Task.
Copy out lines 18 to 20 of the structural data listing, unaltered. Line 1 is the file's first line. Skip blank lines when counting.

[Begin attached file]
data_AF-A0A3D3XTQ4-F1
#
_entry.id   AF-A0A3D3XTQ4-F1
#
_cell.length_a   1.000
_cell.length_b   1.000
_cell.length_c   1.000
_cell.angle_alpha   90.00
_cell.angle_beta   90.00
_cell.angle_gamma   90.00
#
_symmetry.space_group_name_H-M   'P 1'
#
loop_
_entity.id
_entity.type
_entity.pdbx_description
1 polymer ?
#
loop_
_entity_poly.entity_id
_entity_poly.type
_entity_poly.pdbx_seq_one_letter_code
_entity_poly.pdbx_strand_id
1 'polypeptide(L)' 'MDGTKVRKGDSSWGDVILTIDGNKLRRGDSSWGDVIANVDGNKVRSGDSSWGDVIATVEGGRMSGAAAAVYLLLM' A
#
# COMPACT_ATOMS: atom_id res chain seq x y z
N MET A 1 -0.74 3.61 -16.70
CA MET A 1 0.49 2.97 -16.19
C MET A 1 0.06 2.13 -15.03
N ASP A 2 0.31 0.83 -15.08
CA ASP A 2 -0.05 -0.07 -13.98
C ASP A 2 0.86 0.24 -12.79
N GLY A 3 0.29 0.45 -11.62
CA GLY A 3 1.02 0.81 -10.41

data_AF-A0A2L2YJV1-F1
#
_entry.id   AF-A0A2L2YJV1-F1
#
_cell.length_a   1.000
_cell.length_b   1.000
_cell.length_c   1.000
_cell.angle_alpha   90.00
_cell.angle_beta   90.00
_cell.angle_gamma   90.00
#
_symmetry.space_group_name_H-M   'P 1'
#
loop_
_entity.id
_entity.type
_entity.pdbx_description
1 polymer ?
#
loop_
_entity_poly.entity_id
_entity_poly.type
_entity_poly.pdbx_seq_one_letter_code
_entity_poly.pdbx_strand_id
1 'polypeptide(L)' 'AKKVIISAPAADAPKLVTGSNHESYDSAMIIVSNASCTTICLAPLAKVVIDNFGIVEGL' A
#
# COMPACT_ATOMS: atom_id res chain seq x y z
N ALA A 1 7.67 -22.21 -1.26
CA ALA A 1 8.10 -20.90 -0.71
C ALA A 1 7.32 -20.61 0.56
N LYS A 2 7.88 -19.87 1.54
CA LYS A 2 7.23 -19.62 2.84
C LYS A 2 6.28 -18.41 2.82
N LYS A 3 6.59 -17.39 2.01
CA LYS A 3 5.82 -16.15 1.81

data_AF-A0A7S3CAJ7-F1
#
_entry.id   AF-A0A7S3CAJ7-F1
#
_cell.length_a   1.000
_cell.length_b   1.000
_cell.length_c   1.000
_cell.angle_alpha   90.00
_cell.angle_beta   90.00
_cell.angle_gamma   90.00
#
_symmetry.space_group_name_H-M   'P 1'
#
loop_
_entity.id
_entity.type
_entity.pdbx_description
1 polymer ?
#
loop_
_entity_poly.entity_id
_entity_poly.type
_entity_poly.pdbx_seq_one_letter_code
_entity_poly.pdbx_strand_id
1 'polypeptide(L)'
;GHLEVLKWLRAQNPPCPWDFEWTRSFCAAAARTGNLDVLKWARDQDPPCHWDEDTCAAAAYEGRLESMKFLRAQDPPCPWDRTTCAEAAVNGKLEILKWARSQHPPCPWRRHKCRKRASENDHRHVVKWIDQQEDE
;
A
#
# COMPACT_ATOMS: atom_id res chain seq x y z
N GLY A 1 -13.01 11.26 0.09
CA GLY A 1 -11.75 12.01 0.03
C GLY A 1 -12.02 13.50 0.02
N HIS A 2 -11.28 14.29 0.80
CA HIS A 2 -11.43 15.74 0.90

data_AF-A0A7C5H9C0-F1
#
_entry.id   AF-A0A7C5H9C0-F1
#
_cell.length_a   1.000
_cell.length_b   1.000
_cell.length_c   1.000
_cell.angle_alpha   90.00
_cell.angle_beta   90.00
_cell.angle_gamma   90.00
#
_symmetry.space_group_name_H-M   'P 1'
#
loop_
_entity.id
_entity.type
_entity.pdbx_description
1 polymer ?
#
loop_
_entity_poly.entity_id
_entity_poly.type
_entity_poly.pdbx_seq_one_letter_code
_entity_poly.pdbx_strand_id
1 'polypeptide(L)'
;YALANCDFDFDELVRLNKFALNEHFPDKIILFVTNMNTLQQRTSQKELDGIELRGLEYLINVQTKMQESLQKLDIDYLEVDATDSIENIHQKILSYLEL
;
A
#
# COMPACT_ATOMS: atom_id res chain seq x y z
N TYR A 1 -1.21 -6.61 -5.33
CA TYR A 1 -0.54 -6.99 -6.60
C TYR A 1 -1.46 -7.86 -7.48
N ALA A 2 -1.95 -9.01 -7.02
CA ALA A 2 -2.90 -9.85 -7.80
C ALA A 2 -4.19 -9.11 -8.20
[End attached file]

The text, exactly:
1 polymer ?
#
loop_